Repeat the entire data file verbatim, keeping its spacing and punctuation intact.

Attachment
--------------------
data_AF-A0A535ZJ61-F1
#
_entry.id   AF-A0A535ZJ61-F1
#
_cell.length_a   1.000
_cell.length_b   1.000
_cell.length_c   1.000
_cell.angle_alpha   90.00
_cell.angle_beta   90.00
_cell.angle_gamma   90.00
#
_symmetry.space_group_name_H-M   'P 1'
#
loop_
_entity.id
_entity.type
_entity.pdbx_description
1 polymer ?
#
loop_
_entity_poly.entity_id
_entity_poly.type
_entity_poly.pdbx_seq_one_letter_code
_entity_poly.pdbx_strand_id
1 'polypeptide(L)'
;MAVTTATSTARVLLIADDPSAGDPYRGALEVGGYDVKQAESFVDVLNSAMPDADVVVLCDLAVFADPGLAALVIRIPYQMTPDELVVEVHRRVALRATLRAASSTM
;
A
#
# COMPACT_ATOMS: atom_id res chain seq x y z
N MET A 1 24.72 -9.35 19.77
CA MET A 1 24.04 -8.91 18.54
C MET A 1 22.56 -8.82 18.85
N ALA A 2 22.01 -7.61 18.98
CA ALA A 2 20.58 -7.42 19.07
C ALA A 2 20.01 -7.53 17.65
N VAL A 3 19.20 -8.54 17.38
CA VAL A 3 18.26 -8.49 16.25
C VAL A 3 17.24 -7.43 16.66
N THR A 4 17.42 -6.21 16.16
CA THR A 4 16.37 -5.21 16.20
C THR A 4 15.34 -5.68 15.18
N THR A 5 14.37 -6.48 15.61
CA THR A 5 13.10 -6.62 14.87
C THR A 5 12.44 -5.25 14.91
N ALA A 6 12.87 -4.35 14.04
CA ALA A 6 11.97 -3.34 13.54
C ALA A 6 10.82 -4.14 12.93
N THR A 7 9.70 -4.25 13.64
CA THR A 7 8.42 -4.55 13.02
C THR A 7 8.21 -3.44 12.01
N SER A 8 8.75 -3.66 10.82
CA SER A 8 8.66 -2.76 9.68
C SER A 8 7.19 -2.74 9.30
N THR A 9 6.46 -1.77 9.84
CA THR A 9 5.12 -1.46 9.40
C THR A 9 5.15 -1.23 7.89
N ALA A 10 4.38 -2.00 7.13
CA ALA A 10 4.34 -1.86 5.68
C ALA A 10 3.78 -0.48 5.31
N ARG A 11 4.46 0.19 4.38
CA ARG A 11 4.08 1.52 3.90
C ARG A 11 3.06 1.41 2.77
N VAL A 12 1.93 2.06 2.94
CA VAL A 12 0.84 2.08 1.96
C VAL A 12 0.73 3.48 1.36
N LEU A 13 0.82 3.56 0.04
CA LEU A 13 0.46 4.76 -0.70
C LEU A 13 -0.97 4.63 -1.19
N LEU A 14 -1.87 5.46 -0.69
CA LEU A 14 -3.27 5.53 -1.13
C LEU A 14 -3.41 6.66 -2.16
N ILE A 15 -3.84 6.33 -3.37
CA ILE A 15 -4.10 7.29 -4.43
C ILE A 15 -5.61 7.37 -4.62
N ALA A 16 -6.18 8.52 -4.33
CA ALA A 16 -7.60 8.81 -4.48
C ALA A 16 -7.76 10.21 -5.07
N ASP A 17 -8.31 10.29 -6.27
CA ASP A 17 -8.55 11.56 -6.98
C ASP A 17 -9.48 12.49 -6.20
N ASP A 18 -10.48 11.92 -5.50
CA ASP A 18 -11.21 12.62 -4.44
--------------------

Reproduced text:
data_AF-A0A535ZJ61-F1
#
_entry.id   AF-A0A535ZJ61-F1
#
_cell.length_a   1.000
_cell.length_b   1.000
_cell.length_c   1.000
_cell.angle_alpha   90.00
_cell.angle_beta   90.00
_cell.angle_gamma   90.00
#
_symmetry.space_group_name_H-M   'P 1'
#
loop_
_entity.id
_entity.type
_entity.pdbx_description
1 polymer ?
#
loop_
_entity_poly.entity_id
_entity_poly.type
_entity_poly.pdbx_seq_one_letter_code
_entity_poly.pdbx_strand_id
1 'polypeptide(L)'
;MAVTTATSTARVLLIADDPSAGDPYRGALEVGGYDVKQAESFVDVLNSAMPDADVVVLCDLAVFADPGLAALVIRIPYQMTPDELVVEVHRRVALRATLRAASSTM
;
A
#
# COMPACT_ATOMS: atom_id res chain seq x y z
N MET A 1 24.72 -9.35 19.77
CA MET A 1 24.04 -8.91 18.54
C MET A 1 22.56 -8.82 18.85
N ALA A 2 22.01 -7.61 18.98
CA ALA A 2 20.58 -7.42 19.07
C ALA A 2 20.01 -7.53 17.65
N VAL A 3 19.20 -8.54 17.38
CA VAL A 3 18.26 -8.49 16.25
C VAL A 3 17.24 -7.43 16.66
N THR A 4 17.42 -6.21 16.16
CA THR A 4 16.37 -5.21 16.20
C THR A 4 15.34 -5.68 15.18
N THR A 5 14.37 -6.48 15.61
CA THR A 5 13.10 -6.62 14.87
C THR A 5 12.44 -5.25 14.91
N ALA A 6 12.87 -4.35 14.04
CA ALA A 6 11.97 -3.34 13.54
C ALA A 6 10.82 -4.14 12.93
N THR A 7 9.70 -4.25 13.64
CA THR A 7 8.42 -4.55 13.02
C THR A 7 8.21 -3.44 12.01
N SER A 8 8.75 -3.66 10.82
CA SER A 8 8.66 -2.76 9.68
C SER A 8 7.19 -2.74 9.30
N THR A 9 6.46 -1.77 9.84
CA THR A 9 5.12 -1.46 9.40
C THR A 9 5.15 -1.23 7.89
N ALA A 10 4.38 -2.00 7.13
CA ALA A 10 4.34 -1.86 5.68
C ALA A 10 3.78 -0.48 5.31
N ARG A 11 4.46 0.19 4.38
CA ARG A 11 4.08 1.52 3.90
C ARG A 11 3.06 1.41 2.77
N VAL A 12 1.93 2.06 2.94
CA VAL A 12 0.84 2.08 1.96
C VAL A 12 0.73 3.48 1.36
N LEU A 13 0.82 3.56 0.04
CA LEU A 13 0.46 4.76 -0.70
C LEU A 13 -0.97 4.63 -1.19
N LEU A 14 -1.87 5.46 -0.69
CA LEU A 14 -3.27 5.53 -1.13
C LEU A 14 -3.41 6.66 -2.16
N ILE A 15 -3.84 6.33 -3.37
CA ILE A 15 -4.10 7.29 -4.43
C ILE A 15 -5.61 7.37 -4.62
N ALA A 16 -6.18 8.52 -4.33
CA ALA A 16 -7.60 8.81 -4.48
C ALA A 16 -7.76 10.21 -5.07
N ASP A 17 -8.31 10.29 -6.27
CA ASP A 17 -8.55 11.56 -6.98
C ASP A 17 -9.48 12.49 -6.20
N ASP A 18 -10.48 11.92 -5.50
CA ASP A 18 -11.21 12.62 -4.44